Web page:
6 Tips to Boost Your Child's Mental Health During COVID-19

July 28, 2020

    Educating kids about COVID-19 without scaring them into nightmares can be tricky, but parents need to have serious conversations with their children to keep them safe and calm.

    As the coronavirus pandemic continues, the “new normal” can be especially hard on younger children as they prepare for the new school year.

    Experts are still learning about how the pandemic could affect children’s mental health, reported Good Morning America.

    Here are six tips on how parents should support their children during this difficult time.

    1. Maintain a daily routine

    Dr. Anju Hurria, a child psychiatrist at the University of California, Irvine, said, “the structured routine is really big, and firm sleep times are very important.”

    Hurria suggested creating a schedule by explicitly writing it on a whiteboard. This is an excellent way for children to know what they are doing throughout the day.

    2. Make physical activity a priority

    Hurria explained that while moving is vital for your child’s physical health, it is also essential for their mental health.

    Even “just turning up music for 20 minutes and everyone in the family dancing,” Hurria said, is a great way to jump start some physical activity.

    3. Limit negative news

    "There's a lot of mixed messages being sent between the media, their friends, and others in the community that's probably making kids feel very confused," Dr. Francesca Okolie, a neonatologist at the University of Maryland Medical Center said.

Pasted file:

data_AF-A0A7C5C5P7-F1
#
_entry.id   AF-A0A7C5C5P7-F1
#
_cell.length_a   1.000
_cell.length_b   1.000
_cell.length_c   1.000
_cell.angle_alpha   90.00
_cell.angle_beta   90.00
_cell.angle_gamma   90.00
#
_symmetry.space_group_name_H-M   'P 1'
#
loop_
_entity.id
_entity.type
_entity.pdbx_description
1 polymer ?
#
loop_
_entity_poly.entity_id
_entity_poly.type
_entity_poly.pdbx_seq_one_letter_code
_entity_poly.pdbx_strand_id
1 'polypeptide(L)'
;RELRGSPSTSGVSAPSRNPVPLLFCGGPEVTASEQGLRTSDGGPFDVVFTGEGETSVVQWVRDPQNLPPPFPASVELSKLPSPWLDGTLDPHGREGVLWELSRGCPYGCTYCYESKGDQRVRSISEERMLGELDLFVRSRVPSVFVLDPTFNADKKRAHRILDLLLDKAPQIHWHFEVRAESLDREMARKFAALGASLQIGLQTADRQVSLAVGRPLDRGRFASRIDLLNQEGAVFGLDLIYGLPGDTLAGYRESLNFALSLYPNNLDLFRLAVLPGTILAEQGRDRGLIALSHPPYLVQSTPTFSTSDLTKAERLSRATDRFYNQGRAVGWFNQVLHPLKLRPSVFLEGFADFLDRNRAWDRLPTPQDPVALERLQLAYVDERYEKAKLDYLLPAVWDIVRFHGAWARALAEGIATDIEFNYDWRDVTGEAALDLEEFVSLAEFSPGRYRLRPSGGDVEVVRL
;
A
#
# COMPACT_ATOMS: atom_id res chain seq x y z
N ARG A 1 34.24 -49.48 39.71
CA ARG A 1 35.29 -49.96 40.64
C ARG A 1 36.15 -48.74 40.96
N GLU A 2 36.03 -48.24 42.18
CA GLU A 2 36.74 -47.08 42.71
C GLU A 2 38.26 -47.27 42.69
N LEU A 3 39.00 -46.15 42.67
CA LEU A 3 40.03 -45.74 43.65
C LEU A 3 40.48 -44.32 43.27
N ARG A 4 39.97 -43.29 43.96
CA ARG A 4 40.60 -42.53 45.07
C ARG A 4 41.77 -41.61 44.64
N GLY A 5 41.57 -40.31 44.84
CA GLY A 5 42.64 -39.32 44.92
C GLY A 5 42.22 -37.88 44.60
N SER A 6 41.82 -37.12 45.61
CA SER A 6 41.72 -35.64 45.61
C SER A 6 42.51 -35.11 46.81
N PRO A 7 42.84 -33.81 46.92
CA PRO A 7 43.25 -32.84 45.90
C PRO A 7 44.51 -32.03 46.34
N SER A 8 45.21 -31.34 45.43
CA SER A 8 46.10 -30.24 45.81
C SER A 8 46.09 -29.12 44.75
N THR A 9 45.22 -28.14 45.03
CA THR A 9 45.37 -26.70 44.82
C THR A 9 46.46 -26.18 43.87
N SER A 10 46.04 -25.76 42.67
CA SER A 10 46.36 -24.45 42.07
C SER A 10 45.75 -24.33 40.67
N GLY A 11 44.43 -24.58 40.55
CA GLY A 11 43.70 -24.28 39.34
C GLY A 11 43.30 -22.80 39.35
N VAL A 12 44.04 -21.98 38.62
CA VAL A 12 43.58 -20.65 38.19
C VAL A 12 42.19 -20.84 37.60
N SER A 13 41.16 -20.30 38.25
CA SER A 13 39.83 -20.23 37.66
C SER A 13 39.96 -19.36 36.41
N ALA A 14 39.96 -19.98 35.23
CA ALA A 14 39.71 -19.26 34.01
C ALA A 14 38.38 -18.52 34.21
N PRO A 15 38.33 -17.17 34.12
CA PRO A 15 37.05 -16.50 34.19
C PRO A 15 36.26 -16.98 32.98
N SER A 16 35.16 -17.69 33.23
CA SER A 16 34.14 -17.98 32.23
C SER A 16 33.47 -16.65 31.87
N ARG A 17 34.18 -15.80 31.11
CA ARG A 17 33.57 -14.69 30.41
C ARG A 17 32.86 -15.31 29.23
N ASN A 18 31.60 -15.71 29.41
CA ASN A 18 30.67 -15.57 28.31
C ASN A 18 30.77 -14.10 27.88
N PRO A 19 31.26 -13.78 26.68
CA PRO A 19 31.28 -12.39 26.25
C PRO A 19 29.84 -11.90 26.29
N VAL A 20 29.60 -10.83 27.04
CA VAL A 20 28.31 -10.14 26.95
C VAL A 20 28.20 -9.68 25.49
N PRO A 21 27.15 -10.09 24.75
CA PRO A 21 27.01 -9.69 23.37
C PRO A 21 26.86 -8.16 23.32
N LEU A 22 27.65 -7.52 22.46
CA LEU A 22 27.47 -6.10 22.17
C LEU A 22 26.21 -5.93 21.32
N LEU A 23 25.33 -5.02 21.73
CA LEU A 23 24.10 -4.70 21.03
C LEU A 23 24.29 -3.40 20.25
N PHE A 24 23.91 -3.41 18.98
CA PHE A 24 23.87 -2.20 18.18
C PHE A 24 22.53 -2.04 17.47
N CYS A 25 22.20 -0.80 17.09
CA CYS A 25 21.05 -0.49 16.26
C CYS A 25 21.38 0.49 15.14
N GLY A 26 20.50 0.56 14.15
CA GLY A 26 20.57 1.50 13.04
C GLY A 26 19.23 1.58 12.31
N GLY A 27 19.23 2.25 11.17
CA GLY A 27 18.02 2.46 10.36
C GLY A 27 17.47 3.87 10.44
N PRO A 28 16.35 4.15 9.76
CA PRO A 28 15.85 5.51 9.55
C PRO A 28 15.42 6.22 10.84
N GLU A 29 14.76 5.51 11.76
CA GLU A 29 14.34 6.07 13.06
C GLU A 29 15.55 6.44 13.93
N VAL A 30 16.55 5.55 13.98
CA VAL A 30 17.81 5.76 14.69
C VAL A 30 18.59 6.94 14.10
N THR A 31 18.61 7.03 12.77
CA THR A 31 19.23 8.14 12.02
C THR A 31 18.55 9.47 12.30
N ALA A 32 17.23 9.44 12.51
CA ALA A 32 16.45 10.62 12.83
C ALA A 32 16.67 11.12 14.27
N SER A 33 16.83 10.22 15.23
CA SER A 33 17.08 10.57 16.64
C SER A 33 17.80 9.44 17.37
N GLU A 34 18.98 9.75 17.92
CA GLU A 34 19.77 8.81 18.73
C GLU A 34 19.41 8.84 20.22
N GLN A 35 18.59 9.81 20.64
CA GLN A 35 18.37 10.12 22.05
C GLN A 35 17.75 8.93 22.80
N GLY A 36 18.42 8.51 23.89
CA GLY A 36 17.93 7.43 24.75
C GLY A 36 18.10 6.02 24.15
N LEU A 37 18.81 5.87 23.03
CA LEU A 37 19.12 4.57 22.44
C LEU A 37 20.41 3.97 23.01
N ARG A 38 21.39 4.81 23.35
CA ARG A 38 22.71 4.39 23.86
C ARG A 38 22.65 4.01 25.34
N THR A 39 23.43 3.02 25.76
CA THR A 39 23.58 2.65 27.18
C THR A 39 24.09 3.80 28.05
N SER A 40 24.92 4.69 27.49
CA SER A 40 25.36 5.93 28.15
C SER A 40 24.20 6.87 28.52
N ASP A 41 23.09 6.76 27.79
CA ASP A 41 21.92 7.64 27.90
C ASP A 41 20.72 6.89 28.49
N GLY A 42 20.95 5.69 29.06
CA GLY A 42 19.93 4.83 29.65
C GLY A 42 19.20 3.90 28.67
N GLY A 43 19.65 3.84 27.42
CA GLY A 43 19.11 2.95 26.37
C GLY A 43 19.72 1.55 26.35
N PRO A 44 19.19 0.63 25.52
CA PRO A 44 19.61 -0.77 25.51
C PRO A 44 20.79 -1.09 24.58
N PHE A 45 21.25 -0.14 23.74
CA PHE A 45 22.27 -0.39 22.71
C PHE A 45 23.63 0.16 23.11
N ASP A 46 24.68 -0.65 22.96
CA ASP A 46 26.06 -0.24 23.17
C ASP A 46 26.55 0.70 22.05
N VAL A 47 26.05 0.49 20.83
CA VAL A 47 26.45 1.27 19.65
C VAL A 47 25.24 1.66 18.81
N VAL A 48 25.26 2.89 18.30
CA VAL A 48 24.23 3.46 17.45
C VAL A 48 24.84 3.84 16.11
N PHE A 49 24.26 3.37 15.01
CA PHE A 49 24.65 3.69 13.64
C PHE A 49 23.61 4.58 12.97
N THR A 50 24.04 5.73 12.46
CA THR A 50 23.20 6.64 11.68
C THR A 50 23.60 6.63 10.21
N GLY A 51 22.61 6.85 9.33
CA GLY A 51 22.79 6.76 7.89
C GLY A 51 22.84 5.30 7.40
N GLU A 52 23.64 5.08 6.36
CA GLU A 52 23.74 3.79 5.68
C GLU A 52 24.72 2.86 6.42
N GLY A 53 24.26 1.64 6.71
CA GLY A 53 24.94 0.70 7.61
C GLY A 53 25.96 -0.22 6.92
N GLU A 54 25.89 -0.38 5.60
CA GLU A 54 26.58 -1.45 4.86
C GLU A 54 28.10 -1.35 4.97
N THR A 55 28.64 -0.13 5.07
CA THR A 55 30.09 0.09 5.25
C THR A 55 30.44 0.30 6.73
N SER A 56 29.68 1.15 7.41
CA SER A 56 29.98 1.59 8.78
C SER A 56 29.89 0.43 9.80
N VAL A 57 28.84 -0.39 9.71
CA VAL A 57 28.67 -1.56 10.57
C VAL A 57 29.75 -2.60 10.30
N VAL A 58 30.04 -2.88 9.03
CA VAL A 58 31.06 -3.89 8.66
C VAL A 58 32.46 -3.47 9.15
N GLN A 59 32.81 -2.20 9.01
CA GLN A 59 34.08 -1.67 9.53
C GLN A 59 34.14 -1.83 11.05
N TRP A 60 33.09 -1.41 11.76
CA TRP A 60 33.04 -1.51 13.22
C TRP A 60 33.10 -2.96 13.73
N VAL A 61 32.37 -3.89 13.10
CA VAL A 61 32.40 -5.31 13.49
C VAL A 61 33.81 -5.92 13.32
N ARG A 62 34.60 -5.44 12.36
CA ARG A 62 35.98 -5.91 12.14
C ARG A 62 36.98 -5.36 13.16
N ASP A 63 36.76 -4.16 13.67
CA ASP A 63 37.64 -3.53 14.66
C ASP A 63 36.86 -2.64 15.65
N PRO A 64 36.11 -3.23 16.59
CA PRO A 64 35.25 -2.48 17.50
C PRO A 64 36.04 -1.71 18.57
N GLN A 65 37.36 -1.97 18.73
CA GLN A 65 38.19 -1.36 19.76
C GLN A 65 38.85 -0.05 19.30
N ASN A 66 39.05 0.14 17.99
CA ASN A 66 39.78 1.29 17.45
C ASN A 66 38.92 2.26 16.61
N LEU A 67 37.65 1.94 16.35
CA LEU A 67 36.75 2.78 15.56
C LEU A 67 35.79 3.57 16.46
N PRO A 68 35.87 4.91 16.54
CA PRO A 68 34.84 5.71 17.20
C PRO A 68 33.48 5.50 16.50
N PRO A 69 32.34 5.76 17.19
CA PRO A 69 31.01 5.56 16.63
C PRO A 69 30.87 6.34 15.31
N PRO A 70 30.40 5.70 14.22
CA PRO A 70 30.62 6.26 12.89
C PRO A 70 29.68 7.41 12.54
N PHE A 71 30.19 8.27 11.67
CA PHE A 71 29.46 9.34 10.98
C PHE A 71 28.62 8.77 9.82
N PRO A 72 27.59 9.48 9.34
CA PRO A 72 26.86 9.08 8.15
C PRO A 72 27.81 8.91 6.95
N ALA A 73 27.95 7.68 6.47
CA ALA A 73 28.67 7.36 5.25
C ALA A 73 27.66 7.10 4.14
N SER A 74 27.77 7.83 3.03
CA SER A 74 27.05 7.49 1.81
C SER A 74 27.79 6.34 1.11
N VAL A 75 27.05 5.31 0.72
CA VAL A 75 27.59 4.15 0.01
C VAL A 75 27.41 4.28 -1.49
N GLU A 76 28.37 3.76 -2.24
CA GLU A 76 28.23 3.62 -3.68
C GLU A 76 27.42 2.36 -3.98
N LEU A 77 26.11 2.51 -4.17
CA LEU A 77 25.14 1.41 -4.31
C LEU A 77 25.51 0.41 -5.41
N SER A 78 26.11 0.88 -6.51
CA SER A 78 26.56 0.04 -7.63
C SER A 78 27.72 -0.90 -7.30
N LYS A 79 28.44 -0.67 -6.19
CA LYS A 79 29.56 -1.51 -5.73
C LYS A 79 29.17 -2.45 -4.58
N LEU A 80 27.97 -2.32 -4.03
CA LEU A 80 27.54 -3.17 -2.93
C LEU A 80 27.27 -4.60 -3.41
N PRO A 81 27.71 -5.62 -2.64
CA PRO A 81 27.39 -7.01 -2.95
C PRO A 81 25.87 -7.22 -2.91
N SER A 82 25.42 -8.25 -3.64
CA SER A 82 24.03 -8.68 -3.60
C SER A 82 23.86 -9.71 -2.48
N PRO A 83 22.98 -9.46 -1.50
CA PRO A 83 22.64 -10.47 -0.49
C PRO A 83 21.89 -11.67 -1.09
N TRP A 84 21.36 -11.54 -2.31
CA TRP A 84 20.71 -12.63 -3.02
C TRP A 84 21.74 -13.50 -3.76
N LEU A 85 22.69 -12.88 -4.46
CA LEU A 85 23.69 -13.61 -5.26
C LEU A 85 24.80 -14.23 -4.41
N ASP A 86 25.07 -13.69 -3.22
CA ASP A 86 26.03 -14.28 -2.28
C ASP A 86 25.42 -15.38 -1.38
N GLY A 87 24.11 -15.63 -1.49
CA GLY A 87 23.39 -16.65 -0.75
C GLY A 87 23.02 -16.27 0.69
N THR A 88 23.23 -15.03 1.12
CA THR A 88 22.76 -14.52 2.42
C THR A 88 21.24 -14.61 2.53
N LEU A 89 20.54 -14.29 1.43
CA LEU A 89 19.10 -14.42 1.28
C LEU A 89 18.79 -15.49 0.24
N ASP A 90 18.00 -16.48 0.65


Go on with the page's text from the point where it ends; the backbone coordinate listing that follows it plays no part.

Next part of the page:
Limiting the amount of negative news your child consumes can be helpful in keeping them in a relaxed state of mind.

    4. Keep up social connections

    While many continue to social distance, this may be hard for children who cannot see their friends from school.

    For activities, Hurria recommended they create a family tree. She explained how the activity would push children to reach out to their relatives.

    Parents can also set up virtual sleepovers or playdates by using video-conferencing platforms. Older children or teens can also go on a socially distanced walk outside.

    5. Engage children in an open dialogue

    Hurria said it is essential to check in with your kids. She said to set aside time in the day or week to ask them how they are doing, and engage in a conversation with them about their emotions.

    6. Build hope and a sense of purpose

    With free time during the pandemic, Hurria said it is good for children to "find some sort or hobby or project they are passionate about.” This creates a sense of purpose in your child, so that they may focus their energy on more productive things.

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